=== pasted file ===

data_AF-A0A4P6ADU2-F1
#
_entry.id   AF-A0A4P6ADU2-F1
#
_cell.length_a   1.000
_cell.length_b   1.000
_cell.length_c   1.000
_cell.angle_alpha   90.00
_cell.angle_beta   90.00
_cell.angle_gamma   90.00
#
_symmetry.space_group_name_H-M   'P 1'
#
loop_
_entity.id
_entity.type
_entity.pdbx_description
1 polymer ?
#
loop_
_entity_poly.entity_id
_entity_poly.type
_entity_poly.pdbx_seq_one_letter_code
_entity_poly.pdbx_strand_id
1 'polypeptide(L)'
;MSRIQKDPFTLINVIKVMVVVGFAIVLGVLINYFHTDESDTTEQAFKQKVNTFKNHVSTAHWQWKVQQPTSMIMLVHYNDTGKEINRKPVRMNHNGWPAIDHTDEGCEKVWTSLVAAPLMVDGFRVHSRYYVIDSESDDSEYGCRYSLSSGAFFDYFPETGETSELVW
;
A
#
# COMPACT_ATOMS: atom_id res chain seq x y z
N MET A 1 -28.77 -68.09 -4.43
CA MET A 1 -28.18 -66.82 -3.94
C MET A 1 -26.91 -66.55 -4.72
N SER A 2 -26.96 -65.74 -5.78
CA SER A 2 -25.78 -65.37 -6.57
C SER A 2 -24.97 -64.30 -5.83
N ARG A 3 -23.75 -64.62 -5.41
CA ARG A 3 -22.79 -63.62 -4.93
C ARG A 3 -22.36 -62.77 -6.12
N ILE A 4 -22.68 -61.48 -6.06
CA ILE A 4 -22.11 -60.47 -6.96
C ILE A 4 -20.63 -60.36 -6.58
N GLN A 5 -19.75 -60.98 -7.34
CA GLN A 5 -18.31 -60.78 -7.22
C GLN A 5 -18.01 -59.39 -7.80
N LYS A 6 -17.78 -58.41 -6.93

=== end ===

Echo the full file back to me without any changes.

data_AF-A0A4P6ADU2-F1
#
_entry.id   AF-A0A4P6ADU2-F1
#
_cell.length_a   1.000
_cell.length_b   1.000
_cell.length_c   1.000
_cell.angle_alpha   90.00
_cell.angle_beta   90.00
_cell.angle_gamma   90.00
#
_symmetry.space_group_name_H-M   'P 1'
#
loop_
_entity.id
_entity.type
_entity.pdbx_description
1 polymer ?
#
loop_
_entity_poly.entity_id
_entity_poly.type
_entity_poly.pdbx_seq_one_letter_code
_entity_poly.pdbx_strand_id
1 'polypeptide(L)'
;MSRIQKDPFTLINVIKVMVVVGFAIVLGVLINYFHTDESDTTEQAFKQKVNTFKNHVSTAHWQWKVQQPTSMIMLVHYNDTGKEINRKPVRMNHNGWPAIDHTDEGCEKVWTSLVAAPLMVDGFRVHSRYYVIDSESDDSEYGCRYSLSSGAFFDYFPETGETSELVW
;
A
#
# COMPACT_ATOMS: atom_id res chain seq x y z
N MET A 1 -28.77 -68.09 -4.43
CA MET A 1 -28.18 -66.82 -3.94
C MET A 1 -26.91 -66.55 -4.72
N SER A 2 -26.96 -65.74 -5.78
CA SER A 2 -25.78 -65.37 -6.57
C SER A 2 -24.97 -64.30 -5.83
N ARG A 3 -23.75 -64.62 -5.41
CA ARG A 3 -22.79 -63.62 -4.93
C ARG A 3 -22.36 -62.77 -6.12
N ILE A 4 -22.68 -61.48 -6.06
CA ILE A 4 -22.11 -60.47 -6.96
C ILE A 4 -20.63 -60.36 -6.58
N GLN A 5 -19.75 -60.98 -7.34
CA GLN A 5 -18.31 -60.78 -7.22
C GLN A 5 -18.01 -59.39 -7.80
N LYS A 6 -17.78 -58.41 -6.93